The summer I turned 8 years old was one filled change. Change was nothing new in my life and that summer was to be no exception. We were in the process of moving into a new house. I didn’t know it yet, but this was going to be a positive change for me. I would meet the family that would help me survive my childhood.
I had been introduced to my Uncle Joe and his family earlier that year and I had visited them a couple of times that summer. My grandmother took me for a ride and parked by a small lake in downtown Charleston. She tried to break the news to me that my Uncle Joe was really my father. She was shocked to find that I remembered him and already knew he was my father.
My grandmother sent me to a girl scout camp for a week towards the end of summer. It wasn’t one of her better ideas. I had serious abandonment, anxiety, and fear issues. They had to call her twice that week, because I had an upset stomach every day and experienced night terrors. I was already something of a misfit and that didn’t do much to help.
When Saturday morning came I was packed and ready to leave. Grandmother put everything in the car, shut the door, and sat for a minute before telling me that we were going on a trip. I wasn’t sure what to think as she explained that we were going to West Virginia to visit my other grandparents. She asked if I remembered them. I told her I didn’t. Another moment passed and she asked if I remembered my little brother. She went on to explain that when my parents left my brother was sent to West Virginia to live with my father’s parents. It was a bit much for my 7 year old mind to take in.
It was a long drive. Interstates were beginning to be built, but at that time it was all 2 lane and 4 lane highways. Road signs were the most interesting thing along the way. The were Smokey the Bear signs were my favorite. Along the way we also encountered the famous Burma Shave signs. The signs were placed in groups of 5 or 6, spread apart by short distances in between. Each sign would add another line to a somewhat silly set of rhymes with the last one reading, “Burma Shave.” As we moved into the Blue Ridge mountains we saw signs advising drivers of falling rocks and curves in the road ahead. We arrived in the small farm community where my grandparents lived in time for supper. I wasn’t sure what to think of the 6 year old boy with several teeth missing, but we bonded quickly .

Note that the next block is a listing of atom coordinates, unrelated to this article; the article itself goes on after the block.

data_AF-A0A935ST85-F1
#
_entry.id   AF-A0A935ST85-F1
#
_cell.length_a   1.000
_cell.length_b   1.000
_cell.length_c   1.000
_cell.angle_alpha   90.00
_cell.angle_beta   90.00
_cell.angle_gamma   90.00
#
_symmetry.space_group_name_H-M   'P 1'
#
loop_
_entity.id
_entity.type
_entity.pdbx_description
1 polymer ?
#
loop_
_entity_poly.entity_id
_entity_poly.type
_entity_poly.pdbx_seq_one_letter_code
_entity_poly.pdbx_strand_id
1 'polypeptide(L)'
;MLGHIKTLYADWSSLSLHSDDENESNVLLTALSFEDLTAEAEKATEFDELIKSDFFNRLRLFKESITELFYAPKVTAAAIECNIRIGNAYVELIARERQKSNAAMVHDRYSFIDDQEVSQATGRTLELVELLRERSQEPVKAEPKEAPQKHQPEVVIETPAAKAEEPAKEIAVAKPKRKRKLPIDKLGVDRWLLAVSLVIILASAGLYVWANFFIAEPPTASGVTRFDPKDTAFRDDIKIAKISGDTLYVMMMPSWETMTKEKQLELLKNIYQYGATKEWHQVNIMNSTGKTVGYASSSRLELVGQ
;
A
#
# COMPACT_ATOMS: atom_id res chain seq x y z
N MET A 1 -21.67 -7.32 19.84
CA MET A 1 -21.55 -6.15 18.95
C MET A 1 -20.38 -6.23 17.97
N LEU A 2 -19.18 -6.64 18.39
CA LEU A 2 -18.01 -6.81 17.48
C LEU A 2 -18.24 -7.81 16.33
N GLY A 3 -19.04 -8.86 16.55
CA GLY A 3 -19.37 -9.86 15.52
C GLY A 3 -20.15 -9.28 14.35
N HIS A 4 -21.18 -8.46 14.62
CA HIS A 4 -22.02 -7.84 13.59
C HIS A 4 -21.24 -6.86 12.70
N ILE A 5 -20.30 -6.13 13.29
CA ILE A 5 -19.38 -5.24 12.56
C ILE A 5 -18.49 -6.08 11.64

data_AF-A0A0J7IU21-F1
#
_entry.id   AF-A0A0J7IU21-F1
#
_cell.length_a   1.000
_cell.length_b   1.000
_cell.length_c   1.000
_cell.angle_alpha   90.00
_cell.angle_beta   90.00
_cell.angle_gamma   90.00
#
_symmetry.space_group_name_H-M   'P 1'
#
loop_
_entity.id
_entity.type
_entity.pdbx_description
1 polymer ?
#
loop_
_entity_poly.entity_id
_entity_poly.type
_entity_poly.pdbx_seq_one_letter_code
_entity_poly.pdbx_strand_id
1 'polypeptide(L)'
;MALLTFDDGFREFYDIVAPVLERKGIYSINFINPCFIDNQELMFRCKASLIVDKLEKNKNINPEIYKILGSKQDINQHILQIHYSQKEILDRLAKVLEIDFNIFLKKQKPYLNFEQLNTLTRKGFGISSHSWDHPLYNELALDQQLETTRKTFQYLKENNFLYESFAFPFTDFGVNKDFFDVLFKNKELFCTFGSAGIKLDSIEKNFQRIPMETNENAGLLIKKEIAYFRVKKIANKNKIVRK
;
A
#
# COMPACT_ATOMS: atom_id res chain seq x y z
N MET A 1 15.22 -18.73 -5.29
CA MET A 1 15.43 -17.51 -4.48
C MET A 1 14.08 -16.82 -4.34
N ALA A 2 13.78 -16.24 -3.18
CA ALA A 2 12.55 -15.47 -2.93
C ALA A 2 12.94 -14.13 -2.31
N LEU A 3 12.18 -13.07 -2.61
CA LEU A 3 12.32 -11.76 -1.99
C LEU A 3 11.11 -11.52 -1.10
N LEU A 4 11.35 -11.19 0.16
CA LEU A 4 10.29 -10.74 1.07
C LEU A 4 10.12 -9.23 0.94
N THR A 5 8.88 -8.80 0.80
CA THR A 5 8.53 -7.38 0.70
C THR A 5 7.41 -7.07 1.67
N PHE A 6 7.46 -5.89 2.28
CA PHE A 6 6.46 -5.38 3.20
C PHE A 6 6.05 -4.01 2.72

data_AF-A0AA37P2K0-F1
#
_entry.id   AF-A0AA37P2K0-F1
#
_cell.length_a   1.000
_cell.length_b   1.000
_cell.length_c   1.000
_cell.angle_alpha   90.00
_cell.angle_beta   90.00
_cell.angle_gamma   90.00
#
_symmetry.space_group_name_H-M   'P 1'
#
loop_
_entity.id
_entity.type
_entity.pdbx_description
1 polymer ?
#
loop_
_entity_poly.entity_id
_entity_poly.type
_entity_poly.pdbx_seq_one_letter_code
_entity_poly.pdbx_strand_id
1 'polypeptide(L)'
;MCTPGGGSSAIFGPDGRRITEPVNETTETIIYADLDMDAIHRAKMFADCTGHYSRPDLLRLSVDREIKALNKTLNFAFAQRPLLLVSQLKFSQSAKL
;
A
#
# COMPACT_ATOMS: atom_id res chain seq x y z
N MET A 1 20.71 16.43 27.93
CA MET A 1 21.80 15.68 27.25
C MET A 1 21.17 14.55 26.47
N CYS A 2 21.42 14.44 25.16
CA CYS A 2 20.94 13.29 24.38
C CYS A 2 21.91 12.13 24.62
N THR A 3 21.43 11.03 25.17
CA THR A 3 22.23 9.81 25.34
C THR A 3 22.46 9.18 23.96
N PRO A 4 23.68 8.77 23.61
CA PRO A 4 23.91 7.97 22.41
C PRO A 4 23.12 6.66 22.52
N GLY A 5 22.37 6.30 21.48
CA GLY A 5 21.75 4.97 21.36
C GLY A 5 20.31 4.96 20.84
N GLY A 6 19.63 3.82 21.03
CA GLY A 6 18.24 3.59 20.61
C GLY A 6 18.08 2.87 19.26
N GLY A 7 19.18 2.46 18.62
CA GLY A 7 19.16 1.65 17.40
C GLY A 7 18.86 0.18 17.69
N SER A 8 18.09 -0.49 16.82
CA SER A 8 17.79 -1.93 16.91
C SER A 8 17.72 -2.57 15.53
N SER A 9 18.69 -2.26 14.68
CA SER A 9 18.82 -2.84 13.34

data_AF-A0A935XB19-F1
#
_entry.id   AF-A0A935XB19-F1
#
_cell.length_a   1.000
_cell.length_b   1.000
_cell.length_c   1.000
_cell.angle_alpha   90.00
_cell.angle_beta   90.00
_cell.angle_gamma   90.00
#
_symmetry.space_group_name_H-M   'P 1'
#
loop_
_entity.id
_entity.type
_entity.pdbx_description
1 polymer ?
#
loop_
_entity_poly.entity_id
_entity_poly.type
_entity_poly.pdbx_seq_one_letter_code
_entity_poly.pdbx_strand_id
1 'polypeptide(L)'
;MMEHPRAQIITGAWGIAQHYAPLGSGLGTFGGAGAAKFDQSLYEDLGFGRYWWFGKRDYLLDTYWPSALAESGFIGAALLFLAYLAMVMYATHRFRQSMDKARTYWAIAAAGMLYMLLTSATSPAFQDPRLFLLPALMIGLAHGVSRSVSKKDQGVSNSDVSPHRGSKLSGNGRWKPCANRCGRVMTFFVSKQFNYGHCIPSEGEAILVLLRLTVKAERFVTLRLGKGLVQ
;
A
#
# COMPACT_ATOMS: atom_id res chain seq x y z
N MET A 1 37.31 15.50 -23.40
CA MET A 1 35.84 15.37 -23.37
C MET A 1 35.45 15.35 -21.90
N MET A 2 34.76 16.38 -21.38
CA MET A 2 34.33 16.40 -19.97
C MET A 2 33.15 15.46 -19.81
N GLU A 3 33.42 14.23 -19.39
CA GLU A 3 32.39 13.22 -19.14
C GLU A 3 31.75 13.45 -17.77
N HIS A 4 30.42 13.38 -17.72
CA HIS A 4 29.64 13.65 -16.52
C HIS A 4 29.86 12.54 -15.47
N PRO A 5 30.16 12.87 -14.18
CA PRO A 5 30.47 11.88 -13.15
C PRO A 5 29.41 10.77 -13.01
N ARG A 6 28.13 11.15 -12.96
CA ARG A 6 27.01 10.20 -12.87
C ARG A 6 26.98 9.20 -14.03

Over the next ten years my Grandmother and I would repeat this trip every summer. We would wake at 5am to be sure we arrived before dark. I sat at the small Formica top table in the kitchen and ate breakfast. Grandmother pulled out her Bible and read verses someone had designated as ones to read before travel. She said a prayer for our safety and off we went. We watched for the same landmarks and signs each year. We always ate at the same small cafeteria for lunch. My excitement would build when we arrived in the mountains because I knew we were getting closer.
I cherished those two weeks I spent with my brother each summer . We spent that time getting to know each other and sharing our secret thoughts about life, family, and the future. We haven’t been able to spend as much time together as I would like since we became adults. We talk on the phone, text, and email. We share family pictures on facebook. We may not have had the typical brother-sister relationship growing up, but he is my baby brother just the same. My brother and I have talked about taking a road trip back to Flat Top, West Virginia together one day. Maybe I should call him and start making plans for next summer.